May 7, 2018; Bangor Daily News
Two months ago in NPQ, we profiled Rock City Coffee of Rockland, Maine, as one of a group of businesses that had covered to employee ownership. Two months later, Lauren Abbate of the Bangor Daily News examines what are some of the factors that are making the transition to employee ownership go smoothly at the 30-person café, now owned by 17 owner-employees.
Some of the factors identified are the following:
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- Education: Abbate points out that, “The transition from single-person ownership to an employee-owned cooperative has been in the works for about three years.” Kevin Malmstrom, who has worked at the café for 14 years, told Abbate that “leading up to the finalizing of the loan and cooperative formation…a big focus was put on education, to make the prospective employee-owners aware of what to expect and what was expected of them in ownership.”
- Limited Risk: Rock City Café, built up over more than 20 years, had become a local (and beloved) community institution. While any business has a risk of failure, as Natalia Ayala, who has worked at Rock City for three years says, “This business is very well established, so I don’t think it’s going to fail. There are contacts, there is a community that is behind it. All of us, even though we haven’t been an owner, we’ve all been a part of the business, too.”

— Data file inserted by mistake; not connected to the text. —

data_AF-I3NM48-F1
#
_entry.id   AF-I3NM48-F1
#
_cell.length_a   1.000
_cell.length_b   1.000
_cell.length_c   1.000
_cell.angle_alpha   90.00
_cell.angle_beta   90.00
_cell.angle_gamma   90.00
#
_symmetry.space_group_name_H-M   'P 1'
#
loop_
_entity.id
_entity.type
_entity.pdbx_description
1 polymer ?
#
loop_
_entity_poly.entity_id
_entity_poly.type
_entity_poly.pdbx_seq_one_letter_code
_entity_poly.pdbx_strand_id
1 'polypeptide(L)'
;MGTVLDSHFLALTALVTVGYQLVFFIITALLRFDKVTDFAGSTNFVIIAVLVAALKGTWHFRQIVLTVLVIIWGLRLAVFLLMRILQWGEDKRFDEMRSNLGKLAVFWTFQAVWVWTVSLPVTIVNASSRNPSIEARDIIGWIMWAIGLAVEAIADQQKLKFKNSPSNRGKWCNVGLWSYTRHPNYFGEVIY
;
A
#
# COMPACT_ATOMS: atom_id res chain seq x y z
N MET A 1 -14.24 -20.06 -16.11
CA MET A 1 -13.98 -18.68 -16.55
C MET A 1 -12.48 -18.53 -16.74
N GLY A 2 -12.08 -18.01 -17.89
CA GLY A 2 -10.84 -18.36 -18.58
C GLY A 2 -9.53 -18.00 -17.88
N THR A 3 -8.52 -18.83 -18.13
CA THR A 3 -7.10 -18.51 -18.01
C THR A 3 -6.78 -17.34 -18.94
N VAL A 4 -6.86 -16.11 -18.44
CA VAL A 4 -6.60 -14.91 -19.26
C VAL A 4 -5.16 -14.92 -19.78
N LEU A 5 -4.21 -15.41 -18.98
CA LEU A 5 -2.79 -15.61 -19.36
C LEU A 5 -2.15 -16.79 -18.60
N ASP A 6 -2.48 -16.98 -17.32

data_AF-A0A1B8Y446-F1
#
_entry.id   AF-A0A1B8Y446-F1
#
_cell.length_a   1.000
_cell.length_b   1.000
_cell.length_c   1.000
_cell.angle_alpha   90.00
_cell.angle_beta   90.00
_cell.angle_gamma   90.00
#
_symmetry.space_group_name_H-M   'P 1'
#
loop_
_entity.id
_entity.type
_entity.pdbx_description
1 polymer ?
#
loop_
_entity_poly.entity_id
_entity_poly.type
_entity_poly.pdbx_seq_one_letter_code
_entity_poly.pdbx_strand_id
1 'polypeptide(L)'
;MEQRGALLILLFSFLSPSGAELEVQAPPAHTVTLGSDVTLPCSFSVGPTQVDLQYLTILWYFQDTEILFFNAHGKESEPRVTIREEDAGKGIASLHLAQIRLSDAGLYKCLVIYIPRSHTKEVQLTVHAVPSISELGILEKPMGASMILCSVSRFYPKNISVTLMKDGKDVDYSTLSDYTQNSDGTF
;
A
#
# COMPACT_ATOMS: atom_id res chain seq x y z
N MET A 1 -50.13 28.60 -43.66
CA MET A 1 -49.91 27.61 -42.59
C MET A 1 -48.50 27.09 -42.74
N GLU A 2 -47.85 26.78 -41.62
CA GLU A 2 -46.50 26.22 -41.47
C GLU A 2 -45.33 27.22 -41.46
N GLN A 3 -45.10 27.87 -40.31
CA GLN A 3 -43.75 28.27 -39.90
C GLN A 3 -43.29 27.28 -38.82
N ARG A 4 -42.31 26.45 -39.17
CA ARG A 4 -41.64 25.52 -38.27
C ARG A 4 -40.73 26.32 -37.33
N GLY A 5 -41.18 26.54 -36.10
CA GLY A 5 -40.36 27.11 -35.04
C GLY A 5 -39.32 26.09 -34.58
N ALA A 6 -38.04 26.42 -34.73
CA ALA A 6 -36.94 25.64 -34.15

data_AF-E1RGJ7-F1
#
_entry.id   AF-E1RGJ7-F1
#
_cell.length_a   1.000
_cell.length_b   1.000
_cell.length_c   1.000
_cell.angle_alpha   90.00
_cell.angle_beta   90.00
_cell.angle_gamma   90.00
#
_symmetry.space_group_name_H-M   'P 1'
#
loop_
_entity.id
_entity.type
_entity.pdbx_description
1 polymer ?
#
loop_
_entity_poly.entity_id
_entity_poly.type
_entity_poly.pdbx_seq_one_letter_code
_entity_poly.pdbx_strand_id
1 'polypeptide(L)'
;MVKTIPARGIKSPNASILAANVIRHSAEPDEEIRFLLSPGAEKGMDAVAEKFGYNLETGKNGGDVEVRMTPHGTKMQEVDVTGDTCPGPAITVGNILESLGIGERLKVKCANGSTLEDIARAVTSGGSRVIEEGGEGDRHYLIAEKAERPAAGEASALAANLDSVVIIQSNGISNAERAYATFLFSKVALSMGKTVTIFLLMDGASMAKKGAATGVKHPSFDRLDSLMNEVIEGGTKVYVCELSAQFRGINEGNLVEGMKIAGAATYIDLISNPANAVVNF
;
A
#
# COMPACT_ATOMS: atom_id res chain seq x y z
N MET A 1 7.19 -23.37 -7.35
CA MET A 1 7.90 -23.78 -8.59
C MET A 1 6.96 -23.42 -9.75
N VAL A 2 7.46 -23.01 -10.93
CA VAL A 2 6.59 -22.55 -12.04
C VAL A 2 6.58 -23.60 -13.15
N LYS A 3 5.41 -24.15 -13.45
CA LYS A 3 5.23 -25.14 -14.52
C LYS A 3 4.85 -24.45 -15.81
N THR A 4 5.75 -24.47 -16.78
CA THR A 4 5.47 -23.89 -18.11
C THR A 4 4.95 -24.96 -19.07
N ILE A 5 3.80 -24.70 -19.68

- Flexibility: While 17 employees are owners, management is largely unchanged (although management now reports to a five-person elected co-op board). As Abbate writes, “Another boon to the cooperative ownership model for Rock City employees was the ability to take on as much, or as little, responsibility as they can. For example, Ayala, because she has two small children told Abbate that she is “working fewer hours as a barista in the cafe and instead is taking on additional cooperative tasks that she can do while caring for her children.”
- Culture: As Abbate puts it, “While the employee-cooperative model is new to Rock City, the feeling of employees being at the forefront of the business is not—which is why [former owner Susanne] Ward and the new owners think the coop fits perfectly. “It’s the people all in all,” says chef Ryan Flanders. “Everything seems to have always been geared toward cooperation and cooperative concepts. So this feels like a totally natural transition.”
Rob Brown, director of business ownership solutions at the nonprofit Cooperative Development Institute, provided technical assistance that helped make the ownership transition happen. According to Brown, in Maine, as in much of the country, there are many “business owners finding themselves at retirement age but not wanting to endure the traditional sale process.”
“It’s not any one sector, it’s the situation the business owners find themselves in,” says Brown, “Selling a business and transitioning a business is a complex endeavor, and so I think by doing it this way, an employee-ownership conversion eliminates a lot of risks.”
As the business adds employees, new employees will also be able to join the Rock City Employee Cooperative. To do so, they must work at Rock City for at least 15 months and apply for membership to the co-op’s board.—Steve Dubb